My point in this post is not to sort out which types of polls are more accurate than others, though that might come in a later post. Instead, I'm interested in looking at the average rate of polling error. Although there are a lot of things one could look at to judge the quality of a poll (question wording, sampling method, etc.), my guess is that most people focus on the bottom--how close the poll finding is to the election outcome--when judging trial-heat polls. For better or worse, this is likely to be the case. Toward that end, I examine the error in Senate, House, and gubernatorial polls taken in the last fifteen days of the 2006 and 2008 campaigns.
The histograms below show the distribution of polling error across offices and years. In all of the figures, I compare the Democratic percent of the two-party vote result to the Democratic percent of the two-party poll result. Data for all of these graphs come from pollster.com.
To be sure, there are differences across years and across level of office, but the overall picture is not one of wildly inaccurate polls. Some of the key findings are:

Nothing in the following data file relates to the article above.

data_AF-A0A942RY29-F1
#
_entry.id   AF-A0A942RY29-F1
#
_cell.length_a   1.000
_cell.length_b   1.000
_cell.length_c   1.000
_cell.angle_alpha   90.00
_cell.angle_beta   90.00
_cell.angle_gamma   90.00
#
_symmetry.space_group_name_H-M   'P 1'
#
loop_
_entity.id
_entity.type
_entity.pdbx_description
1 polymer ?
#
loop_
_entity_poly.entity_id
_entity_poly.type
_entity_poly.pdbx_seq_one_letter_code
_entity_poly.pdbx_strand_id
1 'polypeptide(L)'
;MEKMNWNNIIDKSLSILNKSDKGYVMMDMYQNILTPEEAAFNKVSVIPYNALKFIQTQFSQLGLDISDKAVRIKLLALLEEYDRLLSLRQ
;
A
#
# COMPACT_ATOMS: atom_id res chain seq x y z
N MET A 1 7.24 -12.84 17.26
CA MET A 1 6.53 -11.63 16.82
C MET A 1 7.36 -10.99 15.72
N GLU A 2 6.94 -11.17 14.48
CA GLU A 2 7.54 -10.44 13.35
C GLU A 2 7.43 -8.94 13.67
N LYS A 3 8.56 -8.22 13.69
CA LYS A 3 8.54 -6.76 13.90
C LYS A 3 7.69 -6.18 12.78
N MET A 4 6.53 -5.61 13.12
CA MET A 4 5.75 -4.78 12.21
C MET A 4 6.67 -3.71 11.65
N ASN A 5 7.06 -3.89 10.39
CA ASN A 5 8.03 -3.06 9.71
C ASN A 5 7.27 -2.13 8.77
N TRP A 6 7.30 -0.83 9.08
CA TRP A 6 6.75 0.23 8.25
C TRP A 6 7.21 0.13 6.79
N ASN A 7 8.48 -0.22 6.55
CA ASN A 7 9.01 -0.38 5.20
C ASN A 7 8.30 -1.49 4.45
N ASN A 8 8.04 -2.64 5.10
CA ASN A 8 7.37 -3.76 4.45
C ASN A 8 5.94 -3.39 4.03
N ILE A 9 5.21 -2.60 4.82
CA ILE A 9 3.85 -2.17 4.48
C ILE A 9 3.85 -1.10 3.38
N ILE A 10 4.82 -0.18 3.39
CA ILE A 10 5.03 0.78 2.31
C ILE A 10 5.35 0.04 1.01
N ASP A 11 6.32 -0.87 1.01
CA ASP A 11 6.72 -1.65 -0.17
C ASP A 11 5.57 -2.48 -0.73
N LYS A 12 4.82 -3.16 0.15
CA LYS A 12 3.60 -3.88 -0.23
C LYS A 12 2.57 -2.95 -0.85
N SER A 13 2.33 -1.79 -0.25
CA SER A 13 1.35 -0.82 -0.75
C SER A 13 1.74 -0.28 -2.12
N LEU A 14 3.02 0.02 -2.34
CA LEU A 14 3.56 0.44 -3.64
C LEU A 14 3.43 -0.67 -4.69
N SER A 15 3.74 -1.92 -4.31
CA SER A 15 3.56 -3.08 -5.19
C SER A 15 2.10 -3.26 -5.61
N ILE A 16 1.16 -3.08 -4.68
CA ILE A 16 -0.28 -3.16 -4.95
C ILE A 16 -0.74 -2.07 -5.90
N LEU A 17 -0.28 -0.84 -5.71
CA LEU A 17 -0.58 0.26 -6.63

- The statewide polls in Senate and gubernatorial elections are generally more accurate than district-level House polls. House polls in 2008 had the highest error rate.
- Most polls (90% of Senate polls, 88% of gubernatorial polls, and 81% of house polls) are within five points of the actual outcome.
- Overall, the election outcomes fall within margin of error of individual polls 79% of the time. Theoretically, this should happen 95% of the time.
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2014 New Hampshire House: 2nd District - Kuster 44%, Garcia 38% (Normington, Petts & Associates 9/3-9/7)
2014 New Hampshire House: 1st District - Shea-Porter 45%, Guinta 43% (Normington, Petts & Associates 9/3-9/7)
2014 New York House: 18th District - Maloney 50%, Hayworth 42% (Time Warner Cable News/Siena College 9/12-9/17)